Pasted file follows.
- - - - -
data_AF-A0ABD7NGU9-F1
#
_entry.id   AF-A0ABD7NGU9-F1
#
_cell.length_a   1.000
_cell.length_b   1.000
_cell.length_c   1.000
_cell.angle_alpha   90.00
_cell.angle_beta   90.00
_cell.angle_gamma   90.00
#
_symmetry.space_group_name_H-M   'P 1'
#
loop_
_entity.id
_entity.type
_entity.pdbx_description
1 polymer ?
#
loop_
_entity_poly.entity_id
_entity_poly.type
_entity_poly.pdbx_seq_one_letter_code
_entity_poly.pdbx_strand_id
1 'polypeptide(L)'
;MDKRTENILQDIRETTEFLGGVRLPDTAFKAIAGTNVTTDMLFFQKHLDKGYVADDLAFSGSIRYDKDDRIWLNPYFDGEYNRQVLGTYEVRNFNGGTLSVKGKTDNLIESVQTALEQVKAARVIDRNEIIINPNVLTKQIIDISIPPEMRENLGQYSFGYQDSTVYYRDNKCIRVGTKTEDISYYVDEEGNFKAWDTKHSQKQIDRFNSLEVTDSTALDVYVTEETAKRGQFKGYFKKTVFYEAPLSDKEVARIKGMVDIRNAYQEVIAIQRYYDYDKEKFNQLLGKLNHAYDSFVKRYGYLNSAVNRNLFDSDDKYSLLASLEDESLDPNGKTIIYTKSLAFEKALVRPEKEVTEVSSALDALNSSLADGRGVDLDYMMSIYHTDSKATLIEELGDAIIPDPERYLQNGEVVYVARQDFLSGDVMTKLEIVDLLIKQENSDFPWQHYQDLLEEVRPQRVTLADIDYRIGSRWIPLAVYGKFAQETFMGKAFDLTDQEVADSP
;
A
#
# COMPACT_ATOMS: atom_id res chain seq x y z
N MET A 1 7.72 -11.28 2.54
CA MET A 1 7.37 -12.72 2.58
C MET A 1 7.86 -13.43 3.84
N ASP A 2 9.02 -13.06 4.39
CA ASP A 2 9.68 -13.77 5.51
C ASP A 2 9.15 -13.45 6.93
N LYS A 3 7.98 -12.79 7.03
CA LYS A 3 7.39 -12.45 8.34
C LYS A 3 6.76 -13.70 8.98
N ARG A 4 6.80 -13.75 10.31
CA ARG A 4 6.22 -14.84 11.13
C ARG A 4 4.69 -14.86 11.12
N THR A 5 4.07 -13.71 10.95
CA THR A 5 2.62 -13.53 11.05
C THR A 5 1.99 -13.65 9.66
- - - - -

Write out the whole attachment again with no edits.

data_AF-A0ABD7NGU9-F1
#
_entry.id   AF-A0ABD7NGU9-F1
#
_cell.length_a   1.000
_cell.length_b   1.000
_cell.length_c   1.000
_cell.angle_alpha   90.00
_cell.angle_beta   90.00
_cell.angle_gamma   90.00
#
_symmetry.space_group_name_H-M   'P 1'
#
loop_
_entity.id
_entity.type
_entity.pdbx_description
1 polymer ?
#
loop_
_entity_poly.entity_id
_entity_poly.type
_entity_poly.pdbx_seq_one_letter_code
_entity_poly.pdbx_strand_id
1 'polypeptide(L)'
;MDKRTENILQDIRETTEFLGGVRLPDTAFKAIAGTNVTTDMLFFQKHLDKGYVADDLAFSGSIRYDKDDRIWLNPYFDGEYNRQVLGTYEVRNFNGGTLSVKGKTDNLIESVQTALEQVKAARVIDRNEIIINPNVLTKQIIDISIPPEMRENLGQYSFGYQDSTVYYRDNKCIRVGTKTEDISYYVDEEGNFKAWDTKHSQKQIDRFNSLEVTDSTALDVYVTEETAKRGQFKGYFKKTVFYEAPLSDKEVARIKGMVDIRNAYQEVIAIQRYYDYDKEKFNQLLGKLNHAYDSFVKRYGYLNSAVNRNLFDSDDKYSLLASLEDESLDPNGKTIIYTKSLAFEKALVRPEKEVTEVSSALDALNSSLADGRGVDLDYMMSIYHTDSKATLIEELGDAIIPDPERYLQNGEVVYVARQDFLSGDVMTKLEIVDLLIKQENSDFPWQHYQDLLEEVRPQRVTLADIDYRIGSRWIPLAVYGKFAQETFMGKAFDLTDQEVADSP
;
A
#
# COMPACT_ATOMS: atom_id res chain seq x y z
N MET A 1 7.72 -11.28 2.54
CA MET A 1 7.37 -12.72 2.58
C MET A 1 7.86 -13.43 3.84
N ASP A 2 9.02 -13.06 4.39
CA ASP A 2 9.68 -13.77 5.51
C ASP A 2 9.15 -13.45 6.93
N LYS A 3 7.98 -12.79 7.03
CA LYS A 3 7.39 -12.45 8.34
C LYS A 3 6.76 -13.70 8.98
N ARG A 4 6.80 -13.75 10.31
CA ARG A 4 6.22 -14.84 11.13
C ARG A 4 4.69 -14.86 11.12
N THR A 5 4.07 -13.71 10.95
CA THR A 5 2.62 -13.53 11.05
C THR A 5 1.99 -13.65 9.66